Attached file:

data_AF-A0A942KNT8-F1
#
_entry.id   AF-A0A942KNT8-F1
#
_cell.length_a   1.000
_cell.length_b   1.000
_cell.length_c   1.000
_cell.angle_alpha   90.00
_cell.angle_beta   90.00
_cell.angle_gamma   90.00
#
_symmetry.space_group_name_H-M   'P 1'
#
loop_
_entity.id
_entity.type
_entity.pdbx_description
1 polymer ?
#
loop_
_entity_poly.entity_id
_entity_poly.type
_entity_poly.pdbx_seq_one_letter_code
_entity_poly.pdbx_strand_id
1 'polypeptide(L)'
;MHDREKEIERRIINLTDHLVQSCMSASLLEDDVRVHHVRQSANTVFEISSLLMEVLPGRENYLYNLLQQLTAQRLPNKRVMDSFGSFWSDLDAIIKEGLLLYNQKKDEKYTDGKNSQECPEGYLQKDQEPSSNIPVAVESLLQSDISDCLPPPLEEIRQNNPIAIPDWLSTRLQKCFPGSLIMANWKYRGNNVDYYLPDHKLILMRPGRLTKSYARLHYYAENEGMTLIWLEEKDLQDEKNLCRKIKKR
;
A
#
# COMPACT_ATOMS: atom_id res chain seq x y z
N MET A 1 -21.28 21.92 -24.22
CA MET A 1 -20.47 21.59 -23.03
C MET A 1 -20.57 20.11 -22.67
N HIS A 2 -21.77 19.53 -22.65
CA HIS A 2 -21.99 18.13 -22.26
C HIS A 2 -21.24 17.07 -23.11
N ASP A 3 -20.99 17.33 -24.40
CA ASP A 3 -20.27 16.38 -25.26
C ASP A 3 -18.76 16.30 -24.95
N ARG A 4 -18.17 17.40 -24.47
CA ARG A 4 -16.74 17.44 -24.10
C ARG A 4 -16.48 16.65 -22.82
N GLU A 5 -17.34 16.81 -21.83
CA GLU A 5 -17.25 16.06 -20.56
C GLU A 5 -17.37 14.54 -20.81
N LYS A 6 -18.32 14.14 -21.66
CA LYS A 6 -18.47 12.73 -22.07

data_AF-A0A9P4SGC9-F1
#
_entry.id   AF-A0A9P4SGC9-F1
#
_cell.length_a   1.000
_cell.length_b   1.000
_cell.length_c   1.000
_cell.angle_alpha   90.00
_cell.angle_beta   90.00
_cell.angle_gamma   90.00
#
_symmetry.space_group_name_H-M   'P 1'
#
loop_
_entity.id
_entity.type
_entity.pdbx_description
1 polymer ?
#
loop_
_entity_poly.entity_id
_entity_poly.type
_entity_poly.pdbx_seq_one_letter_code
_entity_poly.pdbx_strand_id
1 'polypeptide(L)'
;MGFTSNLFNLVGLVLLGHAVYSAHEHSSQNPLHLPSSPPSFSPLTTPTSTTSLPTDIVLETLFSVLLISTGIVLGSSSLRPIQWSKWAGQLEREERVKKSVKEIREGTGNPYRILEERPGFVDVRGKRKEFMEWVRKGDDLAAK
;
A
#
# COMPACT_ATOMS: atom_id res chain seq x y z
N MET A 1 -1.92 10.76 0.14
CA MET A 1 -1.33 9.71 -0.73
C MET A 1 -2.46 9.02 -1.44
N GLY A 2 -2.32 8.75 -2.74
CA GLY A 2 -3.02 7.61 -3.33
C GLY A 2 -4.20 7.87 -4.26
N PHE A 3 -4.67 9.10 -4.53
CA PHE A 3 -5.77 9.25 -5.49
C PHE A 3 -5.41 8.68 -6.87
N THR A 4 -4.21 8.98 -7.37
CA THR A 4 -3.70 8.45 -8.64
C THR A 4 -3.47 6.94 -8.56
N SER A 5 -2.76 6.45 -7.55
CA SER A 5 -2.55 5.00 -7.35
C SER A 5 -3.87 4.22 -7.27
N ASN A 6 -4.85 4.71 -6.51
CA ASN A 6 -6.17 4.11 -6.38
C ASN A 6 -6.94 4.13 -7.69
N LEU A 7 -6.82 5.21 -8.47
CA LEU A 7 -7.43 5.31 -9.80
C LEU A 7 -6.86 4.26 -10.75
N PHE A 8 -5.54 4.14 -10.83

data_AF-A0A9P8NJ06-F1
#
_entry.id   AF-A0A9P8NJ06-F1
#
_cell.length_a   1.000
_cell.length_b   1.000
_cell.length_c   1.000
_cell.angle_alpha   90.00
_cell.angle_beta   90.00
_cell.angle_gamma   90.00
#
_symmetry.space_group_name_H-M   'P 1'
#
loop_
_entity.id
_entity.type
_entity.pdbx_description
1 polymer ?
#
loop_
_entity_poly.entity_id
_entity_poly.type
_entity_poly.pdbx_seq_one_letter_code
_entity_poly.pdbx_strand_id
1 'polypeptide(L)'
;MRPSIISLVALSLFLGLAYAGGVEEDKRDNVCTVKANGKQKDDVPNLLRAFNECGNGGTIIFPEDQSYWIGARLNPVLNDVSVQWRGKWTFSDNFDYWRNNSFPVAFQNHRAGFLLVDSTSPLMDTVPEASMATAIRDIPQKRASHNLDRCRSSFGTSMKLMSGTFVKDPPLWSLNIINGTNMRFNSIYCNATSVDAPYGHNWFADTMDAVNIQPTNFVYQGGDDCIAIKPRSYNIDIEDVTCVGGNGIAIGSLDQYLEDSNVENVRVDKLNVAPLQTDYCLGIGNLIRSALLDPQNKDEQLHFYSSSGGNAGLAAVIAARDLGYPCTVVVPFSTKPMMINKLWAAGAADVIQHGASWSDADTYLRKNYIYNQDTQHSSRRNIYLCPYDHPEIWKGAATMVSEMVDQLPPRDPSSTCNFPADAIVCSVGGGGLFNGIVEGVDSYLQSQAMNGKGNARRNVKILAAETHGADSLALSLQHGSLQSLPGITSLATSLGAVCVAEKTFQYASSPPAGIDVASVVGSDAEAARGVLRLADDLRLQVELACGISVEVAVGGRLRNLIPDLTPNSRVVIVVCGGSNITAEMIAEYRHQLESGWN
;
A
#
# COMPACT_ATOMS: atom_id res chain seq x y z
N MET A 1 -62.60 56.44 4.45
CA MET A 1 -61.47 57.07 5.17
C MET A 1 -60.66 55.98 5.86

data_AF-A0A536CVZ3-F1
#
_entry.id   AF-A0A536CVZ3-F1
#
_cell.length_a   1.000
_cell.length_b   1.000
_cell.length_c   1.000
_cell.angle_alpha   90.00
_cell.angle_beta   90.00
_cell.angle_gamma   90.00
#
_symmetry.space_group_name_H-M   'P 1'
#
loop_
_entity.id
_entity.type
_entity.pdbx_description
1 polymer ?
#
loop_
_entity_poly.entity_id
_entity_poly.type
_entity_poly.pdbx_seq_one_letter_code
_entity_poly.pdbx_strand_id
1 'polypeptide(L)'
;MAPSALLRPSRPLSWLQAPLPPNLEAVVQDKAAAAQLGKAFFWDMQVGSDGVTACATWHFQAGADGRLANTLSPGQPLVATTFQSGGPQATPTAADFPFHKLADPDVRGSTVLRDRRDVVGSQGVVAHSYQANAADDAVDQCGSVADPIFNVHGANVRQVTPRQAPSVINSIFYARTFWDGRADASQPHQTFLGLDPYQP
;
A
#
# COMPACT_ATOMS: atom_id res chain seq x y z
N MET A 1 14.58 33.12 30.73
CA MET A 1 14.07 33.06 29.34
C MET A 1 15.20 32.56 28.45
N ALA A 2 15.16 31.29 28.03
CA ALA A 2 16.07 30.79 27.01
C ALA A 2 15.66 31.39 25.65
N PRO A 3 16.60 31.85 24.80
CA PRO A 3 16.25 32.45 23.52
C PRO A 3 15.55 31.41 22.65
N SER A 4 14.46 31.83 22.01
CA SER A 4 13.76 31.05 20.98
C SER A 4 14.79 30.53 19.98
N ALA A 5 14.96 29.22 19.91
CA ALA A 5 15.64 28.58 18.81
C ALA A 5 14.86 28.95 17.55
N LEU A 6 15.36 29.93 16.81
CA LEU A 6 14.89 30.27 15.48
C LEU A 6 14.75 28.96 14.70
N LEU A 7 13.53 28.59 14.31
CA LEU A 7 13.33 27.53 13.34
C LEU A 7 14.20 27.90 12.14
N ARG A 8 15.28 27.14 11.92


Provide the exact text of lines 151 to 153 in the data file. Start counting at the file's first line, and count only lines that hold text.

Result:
#
loop_
_entity_poly.entity_id